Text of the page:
A landmark Supreme Court judgement could mean that developers are wanting to renovate shops and offices could save thousands of pounds. The recent case of Newbigin vs Monk are giving lawyers a cause to think that local ratepayers and developers could end up paying less for their business rates.
The case in question focused on a disagreement around the rateable value of a property located in the North East of England that was undergoing extensive redevelopment. It was argued by the ratepayer in this case that because all of the services and installations had been stripped out as a part of the refurbishment the building should not be given the value of a useable office block. Therefore, any developers that are looking at renovating shops or offices could be able to save thousands in business rates during the redevelopment. The Valuation Office disagreed and stated that the building should be valued as a property that is capable of being put back in to commercial use unless it is beyond economic repair. The ratepayer says that the rateable value of a property being developed should be £1 whereas the VO says that is should be £102,000. This is a significant difference in views over the rate of pay, and the Supreme Court sided with the ratepayer.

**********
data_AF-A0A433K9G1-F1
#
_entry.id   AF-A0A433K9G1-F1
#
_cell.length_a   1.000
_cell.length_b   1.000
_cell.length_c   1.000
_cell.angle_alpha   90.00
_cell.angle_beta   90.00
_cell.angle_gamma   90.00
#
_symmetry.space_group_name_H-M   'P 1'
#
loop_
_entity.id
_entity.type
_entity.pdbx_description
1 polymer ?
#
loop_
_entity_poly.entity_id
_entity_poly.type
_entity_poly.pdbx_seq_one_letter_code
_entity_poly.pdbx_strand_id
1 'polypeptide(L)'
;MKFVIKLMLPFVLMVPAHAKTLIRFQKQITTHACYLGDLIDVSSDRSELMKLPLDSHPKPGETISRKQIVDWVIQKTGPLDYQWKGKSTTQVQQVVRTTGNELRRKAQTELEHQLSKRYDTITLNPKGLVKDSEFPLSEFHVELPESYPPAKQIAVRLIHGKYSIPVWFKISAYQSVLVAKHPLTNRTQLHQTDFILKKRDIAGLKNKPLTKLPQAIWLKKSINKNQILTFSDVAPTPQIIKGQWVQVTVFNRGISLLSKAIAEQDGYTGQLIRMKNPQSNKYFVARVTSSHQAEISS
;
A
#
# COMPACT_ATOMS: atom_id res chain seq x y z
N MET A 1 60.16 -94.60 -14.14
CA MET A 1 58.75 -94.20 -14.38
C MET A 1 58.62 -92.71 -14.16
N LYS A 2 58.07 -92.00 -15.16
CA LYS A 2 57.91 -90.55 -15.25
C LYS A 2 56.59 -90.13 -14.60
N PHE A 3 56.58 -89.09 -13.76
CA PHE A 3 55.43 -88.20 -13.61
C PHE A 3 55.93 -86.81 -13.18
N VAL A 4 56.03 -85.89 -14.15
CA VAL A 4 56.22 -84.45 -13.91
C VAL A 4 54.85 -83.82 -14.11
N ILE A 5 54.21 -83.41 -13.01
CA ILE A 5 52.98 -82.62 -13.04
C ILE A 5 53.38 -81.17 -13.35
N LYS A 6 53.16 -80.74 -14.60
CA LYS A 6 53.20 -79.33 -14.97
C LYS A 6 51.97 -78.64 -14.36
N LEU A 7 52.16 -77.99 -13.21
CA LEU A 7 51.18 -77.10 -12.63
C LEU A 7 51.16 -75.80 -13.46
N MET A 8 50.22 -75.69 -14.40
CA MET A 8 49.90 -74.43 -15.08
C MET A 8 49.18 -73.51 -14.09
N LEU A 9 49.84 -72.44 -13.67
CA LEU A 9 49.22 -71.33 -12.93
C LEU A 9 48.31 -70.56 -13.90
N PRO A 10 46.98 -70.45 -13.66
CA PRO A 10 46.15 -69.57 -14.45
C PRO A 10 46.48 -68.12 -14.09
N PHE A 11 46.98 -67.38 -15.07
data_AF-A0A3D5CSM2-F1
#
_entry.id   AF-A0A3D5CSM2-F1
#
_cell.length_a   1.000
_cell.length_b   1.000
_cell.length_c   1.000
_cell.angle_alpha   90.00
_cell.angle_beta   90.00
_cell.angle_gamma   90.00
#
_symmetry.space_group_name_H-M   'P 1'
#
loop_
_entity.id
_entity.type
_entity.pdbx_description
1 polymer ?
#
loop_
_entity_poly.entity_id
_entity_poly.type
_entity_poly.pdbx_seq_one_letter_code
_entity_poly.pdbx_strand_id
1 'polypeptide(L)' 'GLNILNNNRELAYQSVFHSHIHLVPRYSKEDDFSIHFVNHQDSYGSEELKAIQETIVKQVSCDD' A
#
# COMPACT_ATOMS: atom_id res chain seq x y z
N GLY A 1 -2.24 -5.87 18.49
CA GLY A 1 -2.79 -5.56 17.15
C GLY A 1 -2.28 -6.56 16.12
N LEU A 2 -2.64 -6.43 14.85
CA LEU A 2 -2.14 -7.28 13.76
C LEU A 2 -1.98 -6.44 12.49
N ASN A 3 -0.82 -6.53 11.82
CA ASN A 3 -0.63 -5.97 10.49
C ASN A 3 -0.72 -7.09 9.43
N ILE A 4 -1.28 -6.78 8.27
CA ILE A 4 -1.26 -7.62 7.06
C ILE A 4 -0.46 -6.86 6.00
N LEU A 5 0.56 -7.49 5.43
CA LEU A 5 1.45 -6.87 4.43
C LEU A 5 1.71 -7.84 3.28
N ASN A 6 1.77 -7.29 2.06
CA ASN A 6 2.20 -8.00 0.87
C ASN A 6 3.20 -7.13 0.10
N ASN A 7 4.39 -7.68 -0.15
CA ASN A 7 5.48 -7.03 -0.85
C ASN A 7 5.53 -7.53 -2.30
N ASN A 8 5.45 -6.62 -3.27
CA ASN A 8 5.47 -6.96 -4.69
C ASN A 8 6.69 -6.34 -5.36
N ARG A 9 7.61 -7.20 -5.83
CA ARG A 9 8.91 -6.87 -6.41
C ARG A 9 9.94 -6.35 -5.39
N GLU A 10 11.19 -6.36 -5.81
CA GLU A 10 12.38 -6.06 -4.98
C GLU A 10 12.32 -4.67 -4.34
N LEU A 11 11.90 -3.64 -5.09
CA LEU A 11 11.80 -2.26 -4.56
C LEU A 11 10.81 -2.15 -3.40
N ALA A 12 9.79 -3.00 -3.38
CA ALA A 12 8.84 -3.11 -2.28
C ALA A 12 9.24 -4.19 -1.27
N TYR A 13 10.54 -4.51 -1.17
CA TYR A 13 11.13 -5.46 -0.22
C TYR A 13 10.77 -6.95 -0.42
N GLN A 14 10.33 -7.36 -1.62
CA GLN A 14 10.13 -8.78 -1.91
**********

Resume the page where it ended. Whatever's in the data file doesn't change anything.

The judgement will be applied on a case by case basis as it has to be considered whether a property is completely incapable of any beneficial occupation. However, the ruling does show support for both ratepayers and developers. This is because it means that the ratepayer could get the rating altered during a redevelopment. In Newbigin vs Monk, it was decided by the supreme court that the starting point for deciding on the building rates should be done objectively and the scheme of works that are being carried out should also be taken into consideration.